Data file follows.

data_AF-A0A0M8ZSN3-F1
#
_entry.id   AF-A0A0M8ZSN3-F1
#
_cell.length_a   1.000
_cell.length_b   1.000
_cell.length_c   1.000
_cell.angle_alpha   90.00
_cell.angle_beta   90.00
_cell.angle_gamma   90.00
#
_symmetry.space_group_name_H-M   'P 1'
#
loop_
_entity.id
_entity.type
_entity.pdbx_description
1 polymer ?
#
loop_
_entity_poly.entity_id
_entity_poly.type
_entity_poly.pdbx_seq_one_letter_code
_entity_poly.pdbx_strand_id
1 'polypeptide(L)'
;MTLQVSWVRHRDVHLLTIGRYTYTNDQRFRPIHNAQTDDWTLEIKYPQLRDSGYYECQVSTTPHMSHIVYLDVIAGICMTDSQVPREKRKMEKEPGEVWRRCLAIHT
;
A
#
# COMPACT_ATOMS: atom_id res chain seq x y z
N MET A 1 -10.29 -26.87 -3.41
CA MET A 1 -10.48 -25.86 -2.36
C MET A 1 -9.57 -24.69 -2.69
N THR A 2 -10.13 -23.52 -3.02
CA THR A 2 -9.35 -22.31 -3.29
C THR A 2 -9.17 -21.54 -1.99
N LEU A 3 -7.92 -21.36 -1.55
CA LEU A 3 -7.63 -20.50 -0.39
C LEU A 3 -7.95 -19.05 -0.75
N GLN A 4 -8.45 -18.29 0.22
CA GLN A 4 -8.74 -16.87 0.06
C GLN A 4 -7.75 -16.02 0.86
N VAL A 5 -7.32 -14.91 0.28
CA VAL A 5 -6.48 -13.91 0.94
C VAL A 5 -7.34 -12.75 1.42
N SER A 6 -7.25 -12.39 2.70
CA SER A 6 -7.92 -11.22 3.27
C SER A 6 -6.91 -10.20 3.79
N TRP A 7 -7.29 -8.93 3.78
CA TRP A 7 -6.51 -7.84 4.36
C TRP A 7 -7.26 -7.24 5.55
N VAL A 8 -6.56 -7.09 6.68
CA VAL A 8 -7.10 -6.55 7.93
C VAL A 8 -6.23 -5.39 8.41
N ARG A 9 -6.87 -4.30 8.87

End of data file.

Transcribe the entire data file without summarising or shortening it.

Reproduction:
data_AF-A0A0M8ZSN3-F1
#
_entry.id   AF-A0A0M8ZSN3-F1
#
_cell.length_a   1.000
_cell.length_b   1.000
_cell.length_c   1.000
_cell.angle_alpha   90.00
_cell.angle_beta   90.00
_cell.angle_gamma   90.00
#
_symmetry.space_group_name_H-M   'P 1'
#
loop_
_entity.id
_entity.type
_entity.pdbx_description
1 polymer ?
#
loop_
_entity_poly.entity_id
_entity_poly.type
_entity_poly.pdbx_seq_one_letter_code
_entity_poly.pdbx_strand_id
1 'polypeptide(L)'
;MTLQVSWVRHRDVHLLTIGRYTYTNDQRFRPIHNAQTDDWTLEIKYPQLRDSGYYECQVSTTPHMSHIVYLDVIAGICMTDSQVPREKRKMEKEPGEVWRRCLAIHT
;
A
#
# COMPACT_ATOMS: atom_id res chain seq x y z
N MET A 1 -10.29 -26.87 -3.41
CA MET A 1 -10.48 -25.86 -2.36
C MET A 1 -9.57 -24.69 -2.69
N THR A 2 -10.13 -23.52 -3.02
CA THR A 2 -9.35 -22.31 -3.29
C THR A 2 -9.17 -21.54 -1.99
N LEU A 3 -7.92 -21.36 -1.55
CA LEU A 3 -7.63 -20.50 -0.39
C LEU A 3 -7.95 -19.05 -0.75
N GLN A 4 -8.45 -18.29 0.22
CA GLN A 4 -8.74 -16.87 0.06
C GLN A 4 -7.75 -16.02 0.86
N VAL A 5 -7.32 -14.91 0.28
CA VAL A 5 -6.48 -13.91 0.94
C VAL A 5 -7.34 -12.75 1.42
N SER A 6 -7.25 -12.39 2.70
CA SER A 6 -7.92 -11.22 3.27
C SER A 6 -6.91 -10.20 3.79
N TRP A 7 -7.29 -8.93 3.78
CA TRP A 7 -6.51 -7.84 4.36
C TRP A 7 -7.26 -7.24 5.55
N VAL A 8 -6.56 -7.09 6.68
CA VAL A 8 -7.10 -6.55 7.93
C VAL A 8 -6.23 -5.39 8.41
N ARG A 9 -6.87 -4.30 8.87